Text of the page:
Golden Lillies and the Pain of Achieving Beauty

Shawn gave me a book for Christmas which I actually had time to read, thanks to the very civilised ratio of four adults to one child.  It is called “Snow Flower and the Secret Fan” and is written by Lisa See (, and I absolutely loved it.  It was beautifully written and a fascinating insight into the lives of Chinese women in the time of yore (Friends fans out there will appreciate the Rachel-esque precision).  What gripped me most was the account of foot binding, and it got me on a bit of a research kick.  By that I mean I googled it a few times, in case you were about to be impressed.

So here is some of what I have learnt.

  • The process of foot binding would take about two years, usually beginning when a girl was six years old.  The four smaller toes would be bent under the foot and bound tightly with strips of cloth which were applied more tightly every few days.  The child would be made to walk on her bound up feet until all the toes broke and reformed in their new position.
  • It was the mother’s job to bind her daughters’ feet.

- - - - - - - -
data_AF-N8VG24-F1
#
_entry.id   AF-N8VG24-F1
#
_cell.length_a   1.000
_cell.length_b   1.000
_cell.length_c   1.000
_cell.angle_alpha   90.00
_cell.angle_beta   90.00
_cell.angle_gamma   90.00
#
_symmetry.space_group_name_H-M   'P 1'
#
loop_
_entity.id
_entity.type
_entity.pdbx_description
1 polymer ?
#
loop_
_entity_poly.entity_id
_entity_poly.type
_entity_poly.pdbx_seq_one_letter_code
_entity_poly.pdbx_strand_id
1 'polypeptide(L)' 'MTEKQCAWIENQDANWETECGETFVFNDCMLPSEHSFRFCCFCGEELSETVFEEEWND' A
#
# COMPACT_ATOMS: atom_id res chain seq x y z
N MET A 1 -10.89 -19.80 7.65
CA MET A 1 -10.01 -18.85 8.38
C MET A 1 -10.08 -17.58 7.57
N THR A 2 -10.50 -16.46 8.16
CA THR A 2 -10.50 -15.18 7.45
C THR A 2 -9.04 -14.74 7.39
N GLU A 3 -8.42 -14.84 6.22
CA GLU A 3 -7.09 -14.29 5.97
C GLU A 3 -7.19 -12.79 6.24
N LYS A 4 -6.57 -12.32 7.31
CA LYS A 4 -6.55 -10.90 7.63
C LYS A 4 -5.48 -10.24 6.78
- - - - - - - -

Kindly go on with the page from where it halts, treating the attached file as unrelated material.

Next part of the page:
• The ideal size of foot was 3″, and a girl with a foot size like that could expect to make a decent marriage.  With big feet her prospects were extremely bleak.
  • Foot binding began when an emperor had a favourite wife who had small feet.
  • 1 in 10 girls would die as a result of having their feet bound.
  • This tradition went on for over a thousand years.  There are many women still alive today with bound feet.  The practice was outlawed in the middle of last century.
  • Bound feet smelt terrible as there were unreachable folds of skin in which bacteria flourished.

Its all a bit shocking, especially to someone like me for whom the experience of suffering for beauty has involved brushing tangles out of my hair and turning down a third piece of cake and not much more.  If only these women had known that their creator found them beautiful as he had made them.